Common Concerns about Wind Power

The British government is committed to meeting its obligation to get 15% of our energy from renewable sources by 2020 under European agreements. While recognizing that saving energy and using energy more efficiently should be the top priorities, there are arguments for and against all forms of energy generation.

Hampshire Energy Group is committed to promoting the community ownership of renewable energy – including wind energy – on appropriate sites in the County.

There are many evidence-based analyses and academic studies of the social, environmental and economic aspects of wind power. These are summarized in ‘Common Concerns about Wind Power’, published by the Centre for Sustainable Energy (CSE); and available here:
http://www.cse.org.uk/downloads/file/common_concerns_about_wind_power.pdf

Some key quotations from this publication follow:
‘The average wind farm is expected to generate at least 20-25 times the energy required in its manufacture and installation over its lifetime’.

‘All forms of large-scale [energy] generation –whether low carbon or conventional – receive some kind of state support…The evidence demonstrates that wind energy is already competitive with conventional electricity generation over the lifetime of the plant. Fossil fuel prices are set to increase .the relative price of wind energy is likely to become even cheaper’.

‘Wind power is an efficient way to generate electricity, employing a free energy source that is also renewable’.

‘The UK continues to offer the best wind resource in Europe’.

‘Wind power is an intermittent source of energy when focusing on isolated sites…[but] the resilience of a distributed network of wind turbines can…be considered superior to large conventional plants that may go offline without warning…(nuclear plants must shutdown completely if there is a serious fault)’.

‘Onshore wind is currently the cheapest way for the UK to meet its legally binding commitments to cut CO2 emissions’.

‘The nuclear power industry in the UK and abroad has been traditionally beset with problems involving the start-up, operation and decommissioning of nuclear plants, resulting in economic inefficiency and threats to public health. The long start up time required to make a nuclear power station operational means that nuclear power is irrelevant to the UK’s target to cut CO2 emissions by 2020.’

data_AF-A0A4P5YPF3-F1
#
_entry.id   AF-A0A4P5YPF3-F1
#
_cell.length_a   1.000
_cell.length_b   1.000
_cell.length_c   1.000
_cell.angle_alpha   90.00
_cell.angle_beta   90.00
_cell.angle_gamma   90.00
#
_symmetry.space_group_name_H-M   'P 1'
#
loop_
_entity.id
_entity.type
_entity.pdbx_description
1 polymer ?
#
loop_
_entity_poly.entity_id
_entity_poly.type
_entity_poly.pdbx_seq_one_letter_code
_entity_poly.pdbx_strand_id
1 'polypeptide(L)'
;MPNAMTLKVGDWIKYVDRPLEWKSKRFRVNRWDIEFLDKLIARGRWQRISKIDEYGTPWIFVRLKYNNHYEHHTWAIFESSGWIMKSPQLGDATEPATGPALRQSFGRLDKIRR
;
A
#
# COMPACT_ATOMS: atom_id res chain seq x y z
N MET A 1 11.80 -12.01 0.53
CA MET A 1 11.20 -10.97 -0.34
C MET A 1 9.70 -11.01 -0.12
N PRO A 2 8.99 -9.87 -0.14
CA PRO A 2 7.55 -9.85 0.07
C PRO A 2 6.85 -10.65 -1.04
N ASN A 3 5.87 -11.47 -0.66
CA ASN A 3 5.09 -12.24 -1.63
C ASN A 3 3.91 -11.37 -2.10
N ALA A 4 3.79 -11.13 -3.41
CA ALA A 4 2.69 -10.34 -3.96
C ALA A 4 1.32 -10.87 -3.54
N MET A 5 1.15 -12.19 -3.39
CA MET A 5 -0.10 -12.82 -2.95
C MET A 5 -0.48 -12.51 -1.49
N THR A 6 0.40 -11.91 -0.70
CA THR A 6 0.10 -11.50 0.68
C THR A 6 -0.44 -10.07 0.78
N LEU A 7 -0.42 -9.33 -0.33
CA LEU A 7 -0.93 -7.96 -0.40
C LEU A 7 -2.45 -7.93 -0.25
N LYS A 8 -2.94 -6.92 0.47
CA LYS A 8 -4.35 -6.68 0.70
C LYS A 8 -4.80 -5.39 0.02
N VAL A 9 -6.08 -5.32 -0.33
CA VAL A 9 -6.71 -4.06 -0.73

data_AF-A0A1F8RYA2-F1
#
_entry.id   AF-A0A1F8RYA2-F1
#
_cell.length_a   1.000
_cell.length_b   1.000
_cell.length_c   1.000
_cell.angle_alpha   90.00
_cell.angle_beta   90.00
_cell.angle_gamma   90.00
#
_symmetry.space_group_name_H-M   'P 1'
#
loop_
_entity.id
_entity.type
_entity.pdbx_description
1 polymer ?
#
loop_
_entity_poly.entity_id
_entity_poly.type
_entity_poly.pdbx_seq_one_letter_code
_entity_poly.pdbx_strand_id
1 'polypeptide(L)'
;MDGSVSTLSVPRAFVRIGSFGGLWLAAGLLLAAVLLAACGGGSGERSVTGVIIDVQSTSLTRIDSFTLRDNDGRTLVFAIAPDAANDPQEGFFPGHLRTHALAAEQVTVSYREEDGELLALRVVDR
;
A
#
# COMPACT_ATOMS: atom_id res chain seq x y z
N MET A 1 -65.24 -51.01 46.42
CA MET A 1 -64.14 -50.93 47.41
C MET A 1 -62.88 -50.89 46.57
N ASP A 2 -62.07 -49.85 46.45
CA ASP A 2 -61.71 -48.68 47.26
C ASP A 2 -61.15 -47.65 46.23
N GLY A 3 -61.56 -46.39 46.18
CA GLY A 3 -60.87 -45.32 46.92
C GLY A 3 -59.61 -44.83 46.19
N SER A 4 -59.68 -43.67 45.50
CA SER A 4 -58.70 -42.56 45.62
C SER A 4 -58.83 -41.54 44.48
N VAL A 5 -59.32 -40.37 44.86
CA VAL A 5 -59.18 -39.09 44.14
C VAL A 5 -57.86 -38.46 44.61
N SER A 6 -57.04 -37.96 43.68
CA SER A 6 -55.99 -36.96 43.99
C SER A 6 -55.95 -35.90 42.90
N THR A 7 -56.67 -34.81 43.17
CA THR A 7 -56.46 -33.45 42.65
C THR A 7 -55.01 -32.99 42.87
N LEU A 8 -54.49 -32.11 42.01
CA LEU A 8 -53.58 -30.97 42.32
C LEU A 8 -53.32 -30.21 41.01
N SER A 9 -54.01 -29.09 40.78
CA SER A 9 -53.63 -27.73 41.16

‘There is compelling evidence that most residents who come into contact with them on a regular basis do not find the presence of wind farms objectionable. Provided the benefits to both the community and wider society are properly explained and taken on board, most people display a surprisingly unselfish view of the need for such installations’.

‘In recent years, estate agents and surveyors have begun to accept that data on house purchases clearly show there is no lowering of house prices caused by wind turbines’.
‘The wind energy industry has one of the best safety records of any energy industry’.

‘Detailed guidelines form part of UK planning regulations to prevent undue noise pollution. These, coupled with the quieter design of modern turbines, mean that the noise levels generated by wind farms are comparable to outdoor background noise… It is up to the wind energy industry and its supporters to be honest about any noise concerns local residents might have, and to work with them to minimize these affects within the framework of the planning regulations (designed for exactly this purpose)’.

Wind Power in the UK
Another authoritative source of information about wind energy – though now eight years old – is the Sustainable Development Commission report, Wind Power in the UK available here:
http://www.sd-commission.org.uk/data/files/publications/Wind_Energy-NovRev2005.pdf

Onshore Wind Energy
The Grantham Research Institute on Climate Change and the Environment at the London School of Economics, has made a rigorous analysis of the most up-to-date evidence about onshore wind energy and concludes that wind ‘is currently the cheapest renewable technology in the UK, but it raises potential local environmental issues, and, as such, more expensive renewable technologies may be more attractive’. However in its policy brief The case for and against onshore wind energy in the UK, June 2012, available here:
http://www2.lse.ac.uk/GranthamInstitute/publications/Policy/docs/PB-onshore-wind-energy-UK.pdf

The Grantham Research Institute concludes that ‘onshore wind clearly has a role to play in the UK’s future energy mix’.

Conclusion
The Hampshire Energy Group (HEG) shares the views – expressed in Common Concerns about Wind Power – that ‘the increasing presence of wind farms across the country means that communities everywhere will need to address the issues surrounding wind power’ and that ‘keen proponents of wind power are sometimes too quick to dismiss any problems raised’.

The Group takes the view that – provided that real community benefits flow from the proposed wind farm – the overall balance of the arguments for and against the construction of 14 large turbines at Bullington Cross comes down in favour of developing a wind farm on that site.

HEG wants to see EDF Energy Renewables making available substantial funds for annual investment in the local parishes through a local Trust Fund, and a high degree of community ownership of the turbines. HEG is in negotiation with EDF Energy Renewables to achieve these objectives.

 

Photo Credit: Sheila Peacock